Therefore, while you may not have intended to cause the damage, and may not have been acting recklessly, those arguments may not excuse you from legal liability. An experienced criminal defense attorney will be able to use other mitigation and advocating tactics on your behalf to best fight on your behalf.

Criminal Mischief Penalties:

Penalties for Criminal Mischief depend entirely on the aggregate value of the property damaged. Below is the penalty structure for criminal mischief in Colorado, according to C.R.S. 18-4-501:

Value of Damage:Class:Possible Jail Time:Possible Fines:
Less than $300Class 3 MisdemeanorUp to 6 monthsUp to $750
Between $300-$750Class 2 Misdemeanor1 year$1,000
$750-$1,000Class 1 Misdemeanor1.5 years$5,000
$1,000-$5,000Class 6 Felony1.5 years$100,000
$5,000-$20,000Class 5 Felony3 years$100,000
$20,000-$100,000Class 4 Felony6 years$500,000
$100,000-$1,000,000Class 3 Felony12 years$750,000
$1,000,000 or moreClass 2 Felony24 years$1,000,000

An important note: If the crime committed involved a vehicle, in some cases the defendant could have their driver’s license suspended or revoked. As well, depending on the circumstances of your particular charge, it is possible for someone charged with criminal mischief to get probation. After reviewing your case, an experienced Colorado criminal defense attorney will be able to find out if you are eligible for probation – if you have been sentenced due to criminal mischief charges, reach out to

Possible Defenses Against Criminal Mischief:

Even defendants who knew the risk they caused to nearby property can fight back against criminal mischief charges. Examples of potential defenses include:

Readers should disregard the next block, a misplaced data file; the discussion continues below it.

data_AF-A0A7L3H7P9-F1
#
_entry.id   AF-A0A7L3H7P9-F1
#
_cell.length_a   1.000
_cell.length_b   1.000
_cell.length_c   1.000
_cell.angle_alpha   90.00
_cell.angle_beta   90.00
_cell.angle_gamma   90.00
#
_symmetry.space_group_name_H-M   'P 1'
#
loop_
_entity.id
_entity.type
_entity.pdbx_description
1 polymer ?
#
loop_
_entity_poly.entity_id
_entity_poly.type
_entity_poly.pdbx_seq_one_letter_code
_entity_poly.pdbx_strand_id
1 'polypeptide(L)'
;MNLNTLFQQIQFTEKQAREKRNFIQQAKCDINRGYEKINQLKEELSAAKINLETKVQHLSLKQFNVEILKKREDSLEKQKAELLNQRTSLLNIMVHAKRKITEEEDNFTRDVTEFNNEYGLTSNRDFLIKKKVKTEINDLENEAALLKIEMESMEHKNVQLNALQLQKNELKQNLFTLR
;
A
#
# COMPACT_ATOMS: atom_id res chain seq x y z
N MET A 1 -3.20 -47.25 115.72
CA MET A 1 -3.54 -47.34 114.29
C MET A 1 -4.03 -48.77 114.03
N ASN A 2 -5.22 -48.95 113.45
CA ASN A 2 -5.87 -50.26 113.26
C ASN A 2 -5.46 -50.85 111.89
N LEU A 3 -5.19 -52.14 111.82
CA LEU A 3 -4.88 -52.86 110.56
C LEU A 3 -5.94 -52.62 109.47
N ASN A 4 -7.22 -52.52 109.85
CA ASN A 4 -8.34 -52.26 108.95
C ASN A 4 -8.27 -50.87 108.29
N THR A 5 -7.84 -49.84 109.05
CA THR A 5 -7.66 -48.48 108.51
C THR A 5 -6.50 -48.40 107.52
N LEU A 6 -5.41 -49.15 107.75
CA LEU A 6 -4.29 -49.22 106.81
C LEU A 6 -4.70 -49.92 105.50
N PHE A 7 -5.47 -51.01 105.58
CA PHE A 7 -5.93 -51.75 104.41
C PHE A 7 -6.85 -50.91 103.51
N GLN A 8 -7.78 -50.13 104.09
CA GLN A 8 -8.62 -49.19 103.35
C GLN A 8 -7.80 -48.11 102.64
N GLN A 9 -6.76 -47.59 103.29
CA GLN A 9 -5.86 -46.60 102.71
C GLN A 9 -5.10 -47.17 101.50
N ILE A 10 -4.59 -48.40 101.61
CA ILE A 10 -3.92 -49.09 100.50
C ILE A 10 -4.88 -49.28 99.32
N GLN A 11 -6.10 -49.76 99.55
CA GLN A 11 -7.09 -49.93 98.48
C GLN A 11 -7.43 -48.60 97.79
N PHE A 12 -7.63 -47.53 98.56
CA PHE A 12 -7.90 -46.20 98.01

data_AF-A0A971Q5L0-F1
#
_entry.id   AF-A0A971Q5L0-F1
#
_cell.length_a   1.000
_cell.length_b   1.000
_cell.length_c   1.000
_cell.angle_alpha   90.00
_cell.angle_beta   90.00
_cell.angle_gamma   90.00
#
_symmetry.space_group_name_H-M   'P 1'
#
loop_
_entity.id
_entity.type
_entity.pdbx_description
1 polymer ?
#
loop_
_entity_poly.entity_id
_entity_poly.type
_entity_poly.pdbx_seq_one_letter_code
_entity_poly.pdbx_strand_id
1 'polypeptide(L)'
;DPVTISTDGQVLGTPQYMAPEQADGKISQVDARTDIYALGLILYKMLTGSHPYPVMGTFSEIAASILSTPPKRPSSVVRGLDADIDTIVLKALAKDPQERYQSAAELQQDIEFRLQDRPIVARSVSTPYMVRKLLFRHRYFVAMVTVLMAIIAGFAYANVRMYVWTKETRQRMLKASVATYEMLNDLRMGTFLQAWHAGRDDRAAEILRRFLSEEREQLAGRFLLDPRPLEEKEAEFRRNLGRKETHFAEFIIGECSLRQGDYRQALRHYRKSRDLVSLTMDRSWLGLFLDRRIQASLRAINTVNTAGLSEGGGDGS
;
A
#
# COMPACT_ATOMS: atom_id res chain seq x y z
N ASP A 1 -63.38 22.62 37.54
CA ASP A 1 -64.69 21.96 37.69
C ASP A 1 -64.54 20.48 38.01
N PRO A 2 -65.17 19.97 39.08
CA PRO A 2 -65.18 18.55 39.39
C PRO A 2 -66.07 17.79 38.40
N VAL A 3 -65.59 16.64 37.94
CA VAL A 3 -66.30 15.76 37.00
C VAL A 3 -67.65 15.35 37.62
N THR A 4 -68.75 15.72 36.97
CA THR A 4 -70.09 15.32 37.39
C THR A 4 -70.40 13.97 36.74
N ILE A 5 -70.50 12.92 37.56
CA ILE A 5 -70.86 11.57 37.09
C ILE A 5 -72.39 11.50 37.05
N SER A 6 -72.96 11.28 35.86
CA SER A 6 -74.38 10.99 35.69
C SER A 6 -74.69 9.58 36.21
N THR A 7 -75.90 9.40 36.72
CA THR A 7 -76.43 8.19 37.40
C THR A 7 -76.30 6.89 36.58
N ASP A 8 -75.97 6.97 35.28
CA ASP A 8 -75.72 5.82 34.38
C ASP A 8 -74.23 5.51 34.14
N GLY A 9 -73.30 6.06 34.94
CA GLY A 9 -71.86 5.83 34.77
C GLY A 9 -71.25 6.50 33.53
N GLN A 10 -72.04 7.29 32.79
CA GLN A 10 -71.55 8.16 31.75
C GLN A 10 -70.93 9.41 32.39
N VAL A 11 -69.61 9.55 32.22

• Self-Defense – If you committed damage to some property while attempting to defend yourself from harm, you are not liable for those damages. For example, if a defendant was being assaulted and pushed their attacker off of them, any damage caused was done in self defense, and they would not be charged with criminal mischief.
  • Mistaken Identity/False Accusation – In many cases, the property owner does not witness the damage to their property, or cannot get a complete view of the culprit. Even if they do get a glimpse as they run away, eyewitness descriptions are not always accurate, and personal bias can play a large factor in misidentifying a defendant.
  • Incorrect Cost of Damages – Prosecutors are not your friends – they will try to give you the maximum charge possible. In many cases, they may also miscalculate or inflate the cost of damages committed in order to achieve this. Krizman Law has the tools and experience to accurately calculate costs and negotiate with prosecutors to mitigate these undue charges.
  • Impaired Mental State/Insanity – Trauma, emotional anguish, PTSD, and involuntary intoxication can cause people to act outside what they know to be safe and reasonable.
  • Accident – you had no knowledge or intention that your actions would result in damage.
  • Incorrect information – no property was ever destroyed

These are only a few strategies that may be helpful any particular case. Every case is different. After personally reviewing all materials, documents, and discovery in your case, Krizman Law will be able to assess which of these mitigation tactic(s) will best assist you in defending yourself against unfair and undue prosecution.

FeloniesUnderstanding Criminal Mischief